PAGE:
Wednesday, September 27, 2023

Spanish-speaking Internet users pirate editorial content 15% more than the rest

The Spanish-speaking Internet users access 15% more illegal pages of editorial content than the rest of the users in the world, according to the report presented this Wednesday by the new Observatory for the Sustainability of Written Culture, which also warns that the piracy of Books or magazines grew 59.1% in the last year.

The document reflects that the digital theft of editorial content has grown by 59.1% since 2021 (regarding music pages or audiovisual content) and it is Spanish-speaking Internet users (the 600 million around the world) who access 15% more these illegal editorial content compared to other users from other countries.

This theft is motivated by a “cultural factor”, not for economic reasons, since the countries with the highest index of cultural development, and the highest GDP register more theft of editorial content.

The behavioral factors that explain this theft are that users “do not know” how to identify that the content they are acquiring is illegal and, on the other hand, they know that content theft is wrong, but they do it for a practical matter.

For the elaboration of this Observatory, the results and conclusions of two studies were used, “Comparative analysis of the situation of copyright by secondary uses of editorial content in Europe”, directed by Julio Cerviño, professor at the Carlos III University ; and “Online piracy of editorial content in Spanish”, directed by Héctor Jiménez, executive director of Qbo Investigation and Strategy.

Both studies also show that the Spanish publishing sector suffers from a situation of “competitive disadvantage” compared to Europe in terms of copyright generated by reuse.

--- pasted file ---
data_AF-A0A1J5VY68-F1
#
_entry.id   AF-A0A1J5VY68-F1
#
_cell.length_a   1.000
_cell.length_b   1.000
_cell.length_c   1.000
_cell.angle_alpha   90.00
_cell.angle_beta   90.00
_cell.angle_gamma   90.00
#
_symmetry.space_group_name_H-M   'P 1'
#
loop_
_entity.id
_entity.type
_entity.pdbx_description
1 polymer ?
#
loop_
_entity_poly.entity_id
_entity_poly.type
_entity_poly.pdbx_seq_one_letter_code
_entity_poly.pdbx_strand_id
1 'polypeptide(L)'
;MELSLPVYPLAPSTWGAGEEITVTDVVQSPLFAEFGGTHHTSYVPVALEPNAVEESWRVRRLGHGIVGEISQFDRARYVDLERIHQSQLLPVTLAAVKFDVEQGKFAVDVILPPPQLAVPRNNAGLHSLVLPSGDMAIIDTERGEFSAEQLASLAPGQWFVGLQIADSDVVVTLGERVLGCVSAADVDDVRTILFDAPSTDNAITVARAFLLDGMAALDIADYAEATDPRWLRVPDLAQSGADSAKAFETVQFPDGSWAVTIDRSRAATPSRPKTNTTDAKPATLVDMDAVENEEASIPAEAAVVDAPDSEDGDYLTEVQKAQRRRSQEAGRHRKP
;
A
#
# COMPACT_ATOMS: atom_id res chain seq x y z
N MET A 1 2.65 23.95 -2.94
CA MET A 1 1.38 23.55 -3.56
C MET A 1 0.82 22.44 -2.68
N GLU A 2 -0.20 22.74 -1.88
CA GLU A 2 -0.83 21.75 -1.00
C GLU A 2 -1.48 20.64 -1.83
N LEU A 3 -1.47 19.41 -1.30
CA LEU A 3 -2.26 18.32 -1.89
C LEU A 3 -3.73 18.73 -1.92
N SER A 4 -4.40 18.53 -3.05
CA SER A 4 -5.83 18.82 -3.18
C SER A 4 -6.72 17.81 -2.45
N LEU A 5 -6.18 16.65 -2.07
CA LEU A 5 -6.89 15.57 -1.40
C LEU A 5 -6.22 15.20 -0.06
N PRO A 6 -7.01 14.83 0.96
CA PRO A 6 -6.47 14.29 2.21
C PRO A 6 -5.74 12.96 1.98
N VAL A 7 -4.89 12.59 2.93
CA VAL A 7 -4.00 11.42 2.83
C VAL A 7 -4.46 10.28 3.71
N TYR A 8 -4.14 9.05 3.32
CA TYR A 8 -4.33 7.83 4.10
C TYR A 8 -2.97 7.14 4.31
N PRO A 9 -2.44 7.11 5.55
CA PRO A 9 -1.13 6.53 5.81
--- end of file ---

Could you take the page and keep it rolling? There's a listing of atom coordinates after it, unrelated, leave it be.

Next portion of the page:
This situation is added to the growth in the theft of editorial content in Spanish, especially now with messaging services, such as WhatsAppwhich has become the “main channel for illegal access to editorial works“.

Another of the points that the Observatory analyzes are the rates charged by Spanish authors, and here they also come out disadvantaged compared to their colleagues from the rest of the Europe: the average rate in Spain for the reuse of editorial content is 38.25% lower than the European average (weighted at purchasing power parity).

The best-paid authors for the reuse of their content are the Czechs, with €17.6, followed by the Swedes with €7.31 and the Norwegians with €5.86. The worst is Italy, with €0.06, an “outlier”.

Among the solutions that this Observatory offers to remunerate authors for the reuse of their editorial content is that the public Administration be the one to lead this process, as well as educate and train in good practices on intellectual property, according to the writer. Spanish Manuel Vilas and the general director of the Anaya publishing house, Marta Martínez.


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